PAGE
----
China, an Anti Natalist Country

By Alex Jackson

Last updated on

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The content on this page is extremely old. Much has changed in the world since this article was written. While many of the concepts will still be relevant, figures and case studies are likely to be outdated at this point.

China’s One Child Policy


  • 1953 - First modern census takes place in China. The population comes in as 583 million.
  • Between 1953 and 1964 the population increased by 112 million as Mao Zedong encouraged larger families in an attempt to make China stronger.
  • Attempts to slow down population growth were started in the 1970s using the slogan “Later, longer, fewer”. People were encouraged to limit families to two children.
  • 1979 - One child policy introduced.
  • 2010 - Population: 1.335 billion.

Reasons for the policy

  1. Combat population explosion.
    • Imbalances between population and available resources. China has 7% of the world’s agricultural land and 23% of the world’s population.
  2. To encourage economic development
    • Improving the standard of living for the population.


  • Law introduced to limit the number of births applied to the Han majority (90% of the population) but not the ethnic minorities.
  • Cash bonuses, improved housing and free education/medical care if couples limit themselves to one child.
  • Free birth control and family planning advice.
  • Age limits and certificates for marriage. Couples would have to apply for marriage certificates.
  • Anyone housing more than one child lost benefits and faced financial penalties (generally 3× their salary).


Demographic Structure

  • Future ageing population and high dependency ratios.
  • Shortage of economically active age group.

Gender Structure

  • Ratio of 117 males for every 100 females among babies from birth through children of four years of age. Normally, 105 males are born for every 100 females.
  • By 2020, an estimated 30 million men will be unable to find a wife and have a child earning them the title “Bare branches”.

Civil Liberties & Human Rights

  • Women pregnant for a second time often coerced into having an abortion or sterilisation particularly during the early years of the policy.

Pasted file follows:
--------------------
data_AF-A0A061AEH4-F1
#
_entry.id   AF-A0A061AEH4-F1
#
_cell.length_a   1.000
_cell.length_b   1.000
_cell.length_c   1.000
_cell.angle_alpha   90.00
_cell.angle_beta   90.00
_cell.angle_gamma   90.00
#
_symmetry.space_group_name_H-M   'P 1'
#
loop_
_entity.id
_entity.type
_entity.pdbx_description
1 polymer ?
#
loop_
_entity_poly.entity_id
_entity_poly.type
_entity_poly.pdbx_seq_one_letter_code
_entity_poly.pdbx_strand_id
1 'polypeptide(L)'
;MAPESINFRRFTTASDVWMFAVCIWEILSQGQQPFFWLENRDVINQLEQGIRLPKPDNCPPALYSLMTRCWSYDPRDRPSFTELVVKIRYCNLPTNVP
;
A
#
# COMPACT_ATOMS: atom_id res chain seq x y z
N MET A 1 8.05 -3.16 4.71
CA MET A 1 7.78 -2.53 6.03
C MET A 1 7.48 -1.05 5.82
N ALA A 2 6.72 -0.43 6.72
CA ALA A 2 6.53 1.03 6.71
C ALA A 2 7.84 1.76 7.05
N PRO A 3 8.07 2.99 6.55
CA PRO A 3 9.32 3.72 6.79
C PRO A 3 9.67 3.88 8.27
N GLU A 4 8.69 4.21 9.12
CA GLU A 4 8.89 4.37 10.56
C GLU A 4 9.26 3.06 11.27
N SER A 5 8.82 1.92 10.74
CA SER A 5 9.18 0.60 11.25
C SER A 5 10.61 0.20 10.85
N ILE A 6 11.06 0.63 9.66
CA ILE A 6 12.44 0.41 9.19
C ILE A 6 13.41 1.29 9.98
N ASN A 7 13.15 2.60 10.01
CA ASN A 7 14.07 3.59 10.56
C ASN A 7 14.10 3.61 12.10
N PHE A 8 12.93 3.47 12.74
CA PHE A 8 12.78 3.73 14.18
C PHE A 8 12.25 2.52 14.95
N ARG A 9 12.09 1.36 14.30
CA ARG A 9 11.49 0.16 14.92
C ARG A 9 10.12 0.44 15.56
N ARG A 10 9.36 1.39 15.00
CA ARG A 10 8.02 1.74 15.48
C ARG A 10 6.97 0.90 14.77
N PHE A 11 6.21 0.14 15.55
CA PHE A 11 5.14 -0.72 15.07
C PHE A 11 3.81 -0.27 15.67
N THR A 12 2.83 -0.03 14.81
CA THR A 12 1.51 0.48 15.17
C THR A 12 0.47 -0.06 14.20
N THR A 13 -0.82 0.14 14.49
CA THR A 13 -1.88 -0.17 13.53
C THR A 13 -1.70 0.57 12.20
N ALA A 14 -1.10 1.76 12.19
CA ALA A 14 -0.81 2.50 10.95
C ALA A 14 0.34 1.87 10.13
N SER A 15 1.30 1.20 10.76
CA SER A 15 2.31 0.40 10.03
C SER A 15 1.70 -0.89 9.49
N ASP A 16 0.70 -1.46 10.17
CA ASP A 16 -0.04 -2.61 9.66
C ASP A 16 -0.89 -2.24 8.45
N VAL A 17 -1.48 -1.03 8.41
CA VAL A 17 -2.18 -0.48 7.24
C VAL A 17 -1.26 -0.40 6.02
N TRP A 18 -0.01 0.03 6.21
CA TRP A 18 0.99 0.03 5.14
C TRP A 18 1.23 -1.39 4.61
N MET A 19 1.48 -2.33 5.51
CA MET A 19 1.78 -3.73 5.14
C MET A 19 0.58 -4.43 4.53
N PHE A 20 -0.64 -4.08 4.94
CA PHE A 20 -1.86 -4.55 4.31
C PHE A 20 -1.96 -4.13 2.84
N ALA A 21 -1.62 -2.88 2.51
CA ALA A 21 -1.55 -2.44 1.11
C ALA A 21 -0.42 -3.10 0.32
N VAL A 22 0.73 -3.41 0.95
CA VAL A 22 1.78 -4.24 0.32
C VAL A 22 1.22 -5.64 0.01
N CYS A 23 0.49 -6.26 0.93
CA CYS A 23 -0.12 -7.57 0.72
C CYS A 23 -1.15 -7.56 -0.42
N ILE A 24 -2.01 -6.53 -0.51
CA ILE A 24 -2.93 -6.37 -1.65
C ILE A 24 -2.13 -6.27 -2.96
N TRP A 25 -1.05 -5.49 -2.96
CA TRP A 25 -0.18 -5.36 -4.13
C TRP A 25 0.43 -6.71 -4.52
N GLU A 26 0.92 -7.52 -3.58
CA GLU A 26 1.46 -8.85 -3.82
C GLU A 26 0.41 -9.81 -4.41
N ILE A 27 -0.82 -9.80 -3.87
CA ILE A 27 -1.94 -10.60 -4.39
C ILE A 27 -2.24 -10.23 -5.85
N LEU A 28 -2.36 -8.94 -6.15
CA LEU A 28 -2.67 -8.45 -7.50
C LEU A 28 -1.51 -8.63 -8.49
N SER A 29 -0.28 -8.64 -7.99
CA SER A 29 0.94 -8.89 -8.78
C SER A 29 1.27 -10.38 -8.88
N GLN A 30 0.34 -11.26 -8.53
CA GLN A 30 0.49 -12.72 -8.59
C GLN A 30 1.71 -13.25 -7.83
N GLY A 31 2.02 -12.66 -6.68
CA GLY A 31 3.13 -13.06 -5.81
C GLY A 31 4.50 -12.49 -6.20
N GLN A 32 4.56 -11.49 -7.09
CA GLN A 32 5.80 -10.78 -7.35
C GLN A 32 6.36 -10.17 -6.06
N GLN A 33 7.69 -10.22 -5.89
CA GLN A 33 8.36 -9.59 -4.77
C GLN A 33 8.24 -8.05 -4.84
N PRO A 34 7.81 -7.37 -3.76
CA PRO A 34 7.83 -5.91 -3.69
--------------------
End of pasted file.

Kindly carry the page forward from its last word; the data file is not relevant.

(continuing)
• “Granny Police” were recruited in settlements to spy on people in their community who might be trying to keep a pregnancy secret.

Civil Unrest

  • Opposition in rural areas, where stronger requirements for sons to work in fields, continue family name and look after parents in their old age, exist.
  • Reports of gender selective abortions, hidden children, abandoned girls and, in rare cases, female infanticide.

Little Emperor Syndrome

  • Indulged and closeted boys who are often arrogant and lacking in social skills.



  • In rural areas, if the first child is a girl then a couple can have a second child.
  • If the first child is unhealthy, a couple can have a second child.
  • If both parents are only children, they can have two children.


  • Total fertility rate has declined from 6.2 in 1950 to 1.6 in 2009, which is below replacement level. The rate of natural increase has declined to 0.5% from 2.2% in the 1970s.
  • Policy has met the most success amongst urban populations. It has been less successful in rural areas where families have continued to have 2 or 3 children.
  • It is estimate that without the policy there would have been an extra 400 million Chinese people born between 1970 and 2009.
  • The reduction in the rate of population growth during the 1990s was accompanied by a noticeable rise in GNP.
  • Greater equality for women as status is enhanced. Women are offered more opportunities for gaining greater knowledge.